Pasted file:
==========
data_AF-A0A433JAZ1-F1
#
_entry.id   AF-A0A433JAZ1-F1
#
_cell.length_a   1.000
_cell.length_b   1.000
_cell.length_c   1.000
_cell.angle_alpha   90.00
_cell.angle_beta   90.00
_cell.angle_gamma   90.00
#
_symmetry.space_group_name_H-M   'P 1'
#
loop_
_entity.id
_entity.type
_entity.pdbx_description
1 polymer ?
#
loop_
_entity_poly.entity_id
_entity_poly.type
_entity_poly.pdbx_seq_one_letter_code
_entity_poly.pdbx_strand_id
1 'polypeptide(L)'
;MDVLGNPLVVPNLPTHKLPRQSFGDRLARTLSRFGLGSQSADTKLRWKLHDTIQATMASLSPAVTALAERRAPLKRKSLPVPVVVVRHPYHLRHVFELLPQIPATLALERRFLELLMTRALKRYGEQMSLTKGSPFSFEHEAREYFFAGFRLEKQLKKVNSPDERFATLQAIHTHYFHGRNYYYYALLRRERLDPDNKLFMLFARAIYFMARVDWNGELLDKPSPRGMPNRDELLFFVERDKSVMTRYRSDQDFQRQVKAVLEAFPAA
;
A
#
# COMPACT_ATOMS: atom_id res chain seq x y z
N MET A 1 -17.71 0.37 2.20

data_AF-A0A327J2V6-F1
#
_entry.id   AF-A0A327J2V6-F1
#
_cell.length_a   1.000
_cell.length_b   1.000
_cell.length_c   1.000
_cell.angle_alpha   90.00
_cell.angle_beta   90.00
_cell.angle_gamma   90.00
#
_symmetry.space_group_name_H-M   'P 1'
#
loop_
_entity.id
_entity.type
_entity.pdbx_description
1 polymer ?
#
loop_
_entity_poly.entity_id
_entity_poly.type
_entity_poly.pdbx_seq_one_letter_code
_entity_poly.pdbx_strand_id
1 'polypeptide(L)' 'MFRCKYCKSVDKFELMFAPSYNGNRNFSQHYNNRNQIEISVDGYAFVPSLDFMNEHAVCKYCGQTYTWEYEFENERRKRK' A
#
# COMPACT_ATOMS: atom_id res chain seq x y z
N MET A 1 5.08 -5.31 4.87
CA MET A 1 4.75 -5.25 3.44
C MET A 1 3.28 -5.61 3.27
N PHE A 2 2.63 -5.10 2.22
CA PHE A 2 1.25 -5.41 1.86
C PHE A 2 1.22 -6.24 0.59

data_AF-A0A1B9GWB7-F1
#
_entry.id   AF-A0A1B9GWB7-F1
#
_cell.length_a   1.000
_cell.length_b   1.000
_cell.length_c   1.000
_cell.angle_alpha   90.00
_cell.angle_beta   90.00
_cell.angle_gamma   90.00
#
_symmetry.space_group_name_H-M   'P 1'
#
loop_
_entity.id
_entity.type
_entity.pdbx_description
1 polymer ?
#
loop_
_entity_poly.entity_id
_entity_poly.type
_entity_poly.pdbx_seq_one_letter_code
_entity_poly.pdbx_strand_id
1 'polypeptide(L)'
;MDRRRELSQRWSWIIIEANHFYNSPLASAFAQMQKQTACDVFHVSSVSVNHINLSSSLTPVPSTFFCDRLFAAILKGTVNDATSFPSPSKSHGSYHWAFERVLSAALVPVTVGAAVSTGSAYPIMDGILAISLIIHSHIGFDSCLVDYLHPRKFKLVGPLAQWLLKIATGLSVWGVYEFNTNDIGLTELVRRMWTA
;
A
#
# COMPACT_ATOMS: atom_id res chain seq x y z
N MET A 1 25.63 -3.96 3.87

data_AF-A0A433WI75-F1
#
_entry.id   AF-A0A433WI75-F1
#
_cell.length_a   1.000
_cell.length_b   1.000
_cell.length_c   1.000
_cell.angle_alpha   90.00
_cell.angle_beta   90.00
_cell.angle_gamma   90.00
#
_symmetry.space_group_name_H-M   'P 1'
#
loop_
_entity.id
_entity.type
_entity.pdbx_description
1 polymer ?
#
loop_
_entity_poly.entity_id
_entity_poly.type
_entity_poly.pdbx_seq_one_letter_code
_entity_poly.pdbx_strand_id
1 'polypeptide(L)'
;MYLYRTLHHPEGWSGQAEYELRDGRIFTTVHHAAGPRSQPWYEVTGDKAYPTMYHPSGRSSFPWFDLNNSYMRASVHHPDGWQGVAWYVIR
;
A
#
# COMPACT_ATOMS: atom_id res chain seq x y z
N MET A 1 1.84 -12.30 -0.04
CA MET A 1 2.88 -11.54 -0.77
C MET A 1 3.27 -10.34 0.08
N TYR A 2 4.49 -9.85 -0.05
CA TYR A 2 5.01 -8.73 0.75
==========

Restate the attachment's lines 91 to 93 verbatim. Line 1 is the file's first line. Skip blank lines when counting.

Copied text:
;
A
#